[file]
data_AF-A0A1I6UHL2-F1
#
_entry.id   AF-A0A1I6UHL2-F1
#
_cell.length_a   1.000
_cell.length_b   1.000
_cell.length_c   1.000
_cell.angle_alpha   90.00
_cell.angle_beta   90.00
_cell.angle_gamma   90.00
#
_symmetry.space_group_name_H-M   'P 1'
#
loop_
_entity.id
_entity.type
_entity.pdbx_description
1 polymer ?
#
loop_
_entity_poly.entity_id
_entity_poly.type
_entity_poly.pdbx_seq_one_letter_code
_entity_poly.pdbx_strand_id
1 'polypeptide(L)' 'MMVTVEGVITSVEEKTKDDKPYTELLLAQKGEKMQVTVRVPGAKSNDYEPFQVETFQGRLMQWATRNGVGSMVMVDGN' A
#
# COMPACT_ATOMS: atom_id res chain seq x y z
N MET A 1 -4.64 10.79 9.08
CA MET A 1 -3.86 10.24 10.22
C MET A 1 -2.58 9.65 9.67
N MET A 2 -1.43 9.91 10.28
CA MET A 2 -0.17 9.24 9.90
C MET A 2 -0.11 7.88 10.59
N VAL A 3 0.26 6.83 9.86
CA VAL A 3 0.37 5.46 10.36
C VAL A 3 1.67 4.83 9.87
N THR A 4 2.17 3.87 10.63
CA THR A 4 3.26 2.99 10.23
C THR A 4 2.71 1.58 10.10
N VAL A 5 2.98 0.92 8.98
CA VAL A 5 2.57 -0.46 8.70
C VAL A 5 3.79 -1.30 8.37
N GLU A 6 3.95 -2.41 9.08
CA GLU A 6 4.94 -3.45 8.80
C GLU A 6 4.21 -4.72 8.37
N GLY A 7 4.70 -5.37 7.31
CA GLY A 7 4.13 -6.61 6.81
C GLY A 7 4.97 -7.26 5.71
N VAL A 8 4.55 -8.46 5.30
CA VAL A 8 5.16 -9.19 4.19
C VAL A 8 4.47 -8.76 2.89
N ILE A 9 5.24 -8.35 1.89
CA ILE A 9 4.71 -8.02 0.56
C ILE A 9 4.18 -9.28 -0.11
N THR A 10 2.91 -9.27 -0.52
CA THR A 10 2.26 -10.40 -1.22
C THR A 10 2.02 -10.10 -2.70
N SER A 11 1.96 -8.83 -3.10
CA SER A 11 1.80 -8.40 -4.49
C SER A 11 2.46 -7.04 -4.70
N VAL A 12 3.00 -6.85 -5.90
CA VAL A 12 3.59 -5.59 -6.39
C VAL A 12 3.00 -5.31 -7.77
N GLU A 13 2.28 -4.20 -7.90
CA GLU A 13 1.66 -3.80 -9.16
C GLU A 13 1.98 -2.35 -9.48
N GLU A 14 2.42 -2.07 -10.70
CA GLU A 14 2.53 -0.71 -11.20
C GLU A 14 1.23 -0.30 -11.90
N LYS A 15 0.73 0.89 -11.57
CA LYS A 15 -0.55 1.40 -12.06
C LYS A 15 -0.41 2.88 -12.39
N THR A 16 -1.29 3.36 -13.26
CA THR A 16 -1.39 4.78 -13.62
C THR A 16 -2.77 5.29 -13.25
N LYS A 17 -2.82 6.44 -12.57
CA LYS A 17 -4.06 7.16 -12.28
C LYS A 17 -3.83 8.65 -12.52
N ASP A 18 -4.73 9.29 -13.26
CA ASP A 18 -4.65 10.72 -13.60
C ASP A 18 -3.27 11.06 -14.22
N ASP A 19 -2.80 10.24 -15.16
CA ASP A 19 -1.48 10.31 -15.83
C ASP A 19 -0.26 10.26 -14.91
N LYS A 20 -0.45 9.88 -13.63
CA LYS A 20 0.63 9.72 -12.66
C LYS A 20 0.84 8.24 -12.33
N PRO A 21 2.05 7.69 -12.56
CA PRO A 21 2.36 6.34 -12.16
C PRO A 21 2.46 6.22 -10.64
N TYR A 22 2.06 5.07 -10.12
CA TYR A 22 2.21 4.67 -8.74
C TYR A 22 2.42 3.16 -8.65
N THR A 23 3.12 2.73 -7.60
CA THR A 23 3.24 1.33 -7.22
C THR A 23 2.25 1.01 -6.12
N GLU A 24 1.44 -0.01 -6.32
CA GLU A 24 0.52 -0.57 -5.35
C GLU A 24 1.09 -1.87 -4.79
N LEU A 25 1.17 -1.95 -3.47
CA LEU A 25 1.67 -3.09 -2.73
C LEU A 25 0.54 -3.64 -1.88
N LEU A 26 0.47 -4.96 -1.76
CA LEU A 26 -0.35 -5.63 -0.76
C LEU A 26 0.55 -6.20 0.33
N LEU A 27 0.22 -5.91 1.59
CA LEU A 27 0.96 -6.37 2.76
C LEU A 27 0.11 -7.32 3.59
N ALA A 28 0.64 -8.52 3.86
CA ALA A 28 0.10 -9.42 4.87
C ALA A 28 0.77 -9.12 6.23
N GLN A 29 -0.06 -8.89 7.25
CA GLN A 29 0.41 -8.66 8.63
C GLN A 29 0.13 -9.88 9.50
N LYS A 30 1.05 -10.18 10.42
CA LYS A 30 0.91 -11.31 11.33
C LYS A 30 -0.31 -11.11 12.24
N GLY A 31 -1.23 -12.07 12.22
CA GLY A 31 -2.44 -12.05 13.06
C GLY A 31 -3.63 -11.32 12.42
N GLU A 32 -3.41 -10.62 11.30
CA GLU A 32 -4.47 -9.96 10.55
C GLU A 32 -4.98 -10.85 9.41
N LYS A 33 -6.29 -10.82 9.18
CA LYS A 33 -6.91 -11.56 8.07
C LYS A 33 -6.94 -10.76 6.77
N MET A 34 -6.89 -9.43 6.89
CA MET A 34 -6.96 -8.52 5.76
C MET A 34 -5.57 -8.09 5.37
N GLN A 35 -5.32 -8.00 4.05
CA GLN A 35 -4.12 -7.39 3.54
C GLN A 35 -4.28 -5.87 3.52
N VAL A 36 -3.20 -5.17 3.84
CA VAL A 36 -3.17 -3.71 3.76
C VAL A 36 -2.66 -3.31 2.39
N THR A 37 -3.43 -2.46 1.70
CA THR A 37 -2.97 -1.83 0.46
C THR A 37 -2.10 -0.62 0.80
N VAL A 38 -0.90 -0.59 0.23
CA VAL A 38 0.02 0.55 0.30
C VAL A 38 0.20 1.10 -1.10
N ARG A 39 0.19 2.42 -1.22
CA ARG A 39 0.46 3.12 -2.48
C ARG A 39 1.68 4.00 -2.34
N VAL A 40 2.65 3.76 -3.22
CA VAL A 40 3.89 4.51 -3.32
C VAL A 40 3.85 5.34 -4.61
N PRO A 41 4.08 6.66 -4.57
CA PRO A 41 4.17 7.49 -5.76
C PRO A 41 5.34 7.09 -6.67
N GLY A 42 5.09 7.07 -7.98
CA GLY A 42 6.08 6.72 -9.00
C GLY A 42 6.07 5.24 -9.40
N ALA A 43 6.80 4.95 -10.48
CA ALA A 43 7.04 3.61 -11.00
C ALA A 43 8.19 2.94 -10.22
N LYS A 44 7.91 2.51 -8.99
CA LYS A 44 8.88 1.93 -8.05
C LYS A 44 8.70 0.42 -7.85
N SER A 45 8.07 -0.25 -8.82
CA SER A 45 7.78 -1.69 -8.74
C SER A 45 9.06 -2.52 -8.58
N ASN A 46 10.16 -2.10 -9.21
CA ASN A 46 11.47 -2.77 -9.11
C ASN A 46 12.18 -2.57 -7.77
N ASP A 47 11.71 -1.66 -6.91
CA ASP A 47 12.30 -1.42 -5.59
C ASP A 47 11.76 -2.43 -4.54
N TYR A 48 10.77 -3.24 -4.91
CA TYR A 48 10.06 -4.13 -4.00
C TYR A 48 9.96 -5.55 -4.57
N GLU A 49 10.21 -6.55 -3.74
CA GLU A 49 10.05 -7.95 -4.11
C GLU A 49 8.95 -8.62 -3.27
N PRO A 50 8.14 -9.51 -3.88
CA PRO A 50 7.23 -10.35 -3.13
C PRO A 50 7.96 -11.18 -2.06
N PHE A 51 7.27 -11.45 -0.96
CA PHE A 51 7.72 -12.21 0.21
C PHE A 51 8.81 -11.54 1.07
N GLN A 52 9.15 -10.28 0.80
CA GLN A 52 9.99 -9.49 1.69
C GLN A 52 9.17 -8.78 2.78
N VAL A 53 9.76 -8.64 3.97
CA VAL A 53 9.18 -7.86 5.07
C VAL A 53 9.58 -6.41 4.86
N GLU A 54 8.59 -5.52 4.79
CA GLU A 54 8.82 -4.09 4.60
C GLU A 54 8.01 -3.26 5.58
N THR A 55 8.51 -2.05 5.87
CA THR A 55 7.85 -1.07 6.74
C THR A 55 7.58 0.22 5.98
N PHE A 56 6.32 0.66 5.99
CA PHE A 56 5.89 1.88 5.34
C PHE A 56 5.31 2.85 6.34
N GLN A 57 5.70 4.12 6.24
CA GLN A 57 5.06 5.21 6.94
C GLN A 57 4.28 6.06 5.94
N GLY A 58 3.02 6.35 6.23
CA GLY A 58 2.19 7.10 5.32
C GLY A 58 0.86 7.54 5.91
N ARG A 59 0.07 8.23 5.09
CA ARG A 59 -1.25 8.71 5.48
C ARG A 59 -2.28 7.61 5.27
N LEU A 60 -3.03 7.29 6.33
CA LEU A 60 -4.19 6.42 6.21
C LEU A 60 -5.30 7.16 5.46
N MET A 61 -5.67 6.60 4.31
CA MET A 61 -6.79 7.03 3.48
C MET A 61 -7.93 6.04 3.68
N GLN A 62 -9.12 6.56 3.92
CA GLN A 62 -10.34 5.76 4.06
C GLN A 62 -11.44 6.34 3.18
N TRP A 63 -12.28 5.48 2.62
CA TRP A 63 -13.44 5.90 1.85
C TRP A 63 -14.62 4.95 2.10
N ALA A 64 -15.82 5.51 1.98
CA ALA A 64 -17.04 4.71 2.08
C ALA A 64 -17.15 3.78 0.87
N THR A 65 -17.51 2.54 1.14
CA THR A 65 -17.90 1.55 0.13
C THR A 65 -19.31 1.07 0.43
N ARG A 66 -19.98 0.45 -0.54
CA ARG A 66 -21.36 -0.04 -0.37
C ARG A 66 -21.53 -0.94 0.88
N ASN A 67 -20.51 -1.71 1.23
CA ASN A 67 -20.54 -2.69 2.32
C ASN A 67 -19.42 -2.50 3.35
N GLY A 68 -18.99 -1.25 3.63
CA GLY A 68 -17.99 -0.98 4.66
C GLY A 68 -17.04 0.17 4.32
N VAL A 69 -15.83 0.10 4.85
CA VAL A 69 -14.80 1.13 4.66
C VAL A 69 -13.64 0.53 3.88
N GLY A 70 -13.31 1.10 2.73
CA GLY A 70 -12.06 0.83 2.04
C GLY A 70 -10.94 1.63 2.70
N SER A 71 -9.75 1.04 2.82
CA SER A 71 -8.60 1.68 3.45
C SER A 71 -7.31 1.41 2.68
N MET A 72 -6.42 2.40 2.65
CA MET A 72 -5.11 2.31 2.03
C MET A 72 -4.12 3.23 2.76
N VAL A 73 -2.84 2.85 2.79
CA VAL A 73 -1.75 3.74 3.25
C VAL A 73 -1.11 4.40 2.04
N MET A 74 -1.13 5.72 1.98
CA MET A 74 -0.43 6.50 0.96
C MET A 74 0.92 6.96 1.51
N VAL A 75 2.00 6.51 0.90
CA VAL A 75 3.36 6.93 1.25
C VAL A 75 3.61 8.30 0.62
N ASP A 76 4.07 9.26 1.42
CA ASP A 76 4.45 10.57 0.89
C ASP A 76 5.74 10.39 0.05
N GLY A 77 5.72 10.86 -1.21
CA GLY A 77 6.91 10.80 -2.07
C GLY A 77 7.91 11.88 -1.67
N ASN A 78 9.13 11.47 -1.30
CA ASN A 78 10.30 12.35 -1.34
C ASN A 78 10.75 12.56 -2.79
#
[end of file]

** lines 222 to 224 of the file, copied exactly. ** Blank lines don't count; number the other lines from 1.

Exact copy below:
C THR A 65 -19.31 1.07 0.43
N ARG A 66 -19.98 0.45 -0.54
CA ARG A 66 -21.36 -0.04 -0.37